The North Atlantic right whale (Eubalaena glacialis) is one of the world’s most endangered whales. Its management raises more political, economic, and policy issues than perhaps any other marine mammal. Within the last few years, the right whale’s status has led to the closing of fishing areas, lawsuits against the Commonwealth of Massachusetts, and changes in shipping regulations by the World Trade Organization. This project will provide a detailed population analysis to provide an accurate picture of the recent trends, current status, and projected fate of the right whale population, which is essential for determining whether current efforts are appropriate, evaluating the effects of such efforts, and considering new or different management tactics. A previous finding by the investigator — that crude survival probability has declined to the point that the population is incapable of persisting — underscores the urgency of the situation facing this species. A more detailed analysis of the population, applying rigorous statistical methods to a more detailed model of the life cycle, is critical to determining which parts of the life cycle are responsible for the trends in survival, projecting the consequences of those trends, and exploring strategies to improve population performance. (R/M-45)

Post-Outfall Studies of Toxic Alexandrium Populations in Massachusetts Bay
Donald M. Anderson, Woods Hole Oceanographic Institution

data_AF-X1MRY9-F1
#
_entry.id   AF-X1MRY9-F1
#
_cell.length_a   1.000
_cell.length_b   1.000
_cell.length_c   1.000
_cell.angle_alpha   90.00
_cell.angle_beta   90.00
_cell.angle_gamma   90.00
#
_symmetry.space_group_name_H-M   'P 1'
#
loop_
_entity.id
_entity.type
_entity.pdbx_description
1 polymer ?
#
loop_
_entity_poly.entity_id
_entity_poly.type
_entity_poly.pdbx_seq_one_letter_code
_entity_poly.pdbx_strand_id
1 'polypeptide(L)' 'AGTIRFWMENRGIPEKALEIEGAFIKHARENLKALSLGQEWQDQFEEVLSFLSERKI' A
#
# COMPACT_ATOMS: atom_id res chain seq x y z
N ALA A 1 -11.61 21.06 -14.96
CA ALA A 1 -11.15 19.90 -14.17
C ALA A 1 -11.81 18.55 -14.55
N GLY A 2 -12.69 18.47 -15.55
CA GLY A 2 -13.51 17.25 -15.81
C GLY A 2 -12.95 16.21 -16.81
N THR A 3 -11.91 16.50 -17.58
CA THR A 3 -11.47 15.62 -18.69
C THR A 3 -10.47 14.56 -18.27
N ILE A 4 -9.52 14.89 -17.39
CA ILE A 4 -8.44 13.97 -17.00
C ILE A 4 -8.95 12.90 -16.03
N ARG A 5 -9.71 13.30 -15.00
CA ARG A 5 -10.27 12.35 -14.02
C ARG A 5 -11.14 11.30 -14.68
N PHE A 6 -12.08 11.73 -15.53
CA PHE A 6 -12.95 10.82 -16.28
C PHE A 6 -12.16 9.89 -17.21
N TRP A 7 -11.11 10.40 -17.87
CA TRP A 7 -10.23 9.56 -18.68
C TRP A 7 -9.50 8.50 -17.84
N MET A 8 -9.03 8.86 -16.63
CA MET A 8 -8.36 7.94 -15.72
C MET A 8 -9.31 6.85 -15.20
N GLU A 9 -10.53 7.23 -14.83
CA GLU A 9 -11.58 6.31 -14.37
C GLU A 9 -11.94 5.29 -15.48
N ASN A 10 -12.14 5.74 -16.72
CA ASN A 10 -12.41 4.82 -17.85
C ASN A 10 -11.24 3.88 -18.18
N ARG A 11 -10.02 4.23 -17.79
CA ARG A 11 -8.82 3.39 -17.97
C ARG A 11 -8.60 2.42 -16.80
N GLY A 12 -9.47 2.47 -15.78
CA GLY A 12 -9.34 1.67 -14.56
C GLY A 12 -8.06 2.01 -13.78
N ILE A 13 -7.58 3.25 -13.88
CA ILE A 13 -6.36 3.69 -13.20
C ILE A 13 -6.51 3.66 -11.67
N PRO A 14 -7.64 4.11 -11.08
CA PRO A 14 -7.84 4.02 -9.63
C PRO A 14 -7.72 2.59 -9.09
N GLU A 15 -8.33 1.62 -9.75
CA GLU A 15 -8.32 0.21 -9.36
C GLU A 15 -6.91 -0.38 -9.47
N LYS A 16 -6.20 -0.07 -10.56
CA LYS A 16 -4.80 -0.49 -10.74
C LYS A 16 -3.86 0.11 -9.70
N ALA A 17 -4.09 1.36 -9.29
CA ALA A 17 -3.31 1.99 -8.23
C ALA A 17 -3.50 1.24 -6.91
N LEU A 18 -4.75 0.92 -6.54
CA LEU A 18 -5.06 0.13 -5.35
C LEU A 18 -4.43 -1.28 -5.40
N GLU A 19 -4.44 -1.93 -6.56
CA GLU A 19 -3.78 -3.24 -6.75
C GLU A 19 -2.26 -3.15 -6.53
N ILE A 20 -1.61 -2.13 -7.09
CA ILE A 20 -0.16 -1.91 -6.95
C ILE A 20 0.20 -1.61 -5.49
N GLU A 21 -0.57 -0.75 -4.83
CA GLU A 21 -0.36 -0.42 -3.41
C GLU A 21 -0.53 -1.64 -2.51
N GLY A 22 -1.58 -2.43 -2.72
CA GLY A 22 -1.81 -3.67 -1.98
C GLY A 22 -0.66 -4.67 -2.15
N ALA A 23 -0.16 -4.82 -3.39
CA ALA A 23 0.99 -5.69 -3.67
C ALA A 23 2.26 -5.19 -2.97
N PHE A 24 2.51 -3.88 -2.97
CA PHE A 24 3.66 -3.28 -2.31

Past Sea Grant investigations have confirmed the importance of a coastal current as a southward transport mechanism for toxic cells. At the downstream end of this transport pathway, efforts are needed to understand the dynamics of Alexandrium blooms in Massachusetts Bay and to assist in management decisions relating to a controversial sewage outfall. Opponents of the outfall have argued that one result of the new discharge patterns will be an enhancement of toxic or harmful blooms, leading to more paralytic shellfish poisoning (PSP) and, potentially, to mortality of endangered species such as the North Atlantic right whale. By collecting data on Alexandrium population dynamics, nutrient concentrations, and distributions in the area surrounding the sewage outfall, the investigator hopes to develop a sufficient understanding of the bloom dynamics of Alexandrium so that an informed evaluation of the actual impact of the outfall, once operational, will be possible. Specifically, this project will characterize the meteorological and hydrographic factors which regulate the introduction of Alexandrium into Massachusetts Bay, examine the vertical migration behavior of Alexandrium cells within the bay, and assess the extent to which Alexandrium populations in the bay might be affected by outfall nutrients. (R/B-158)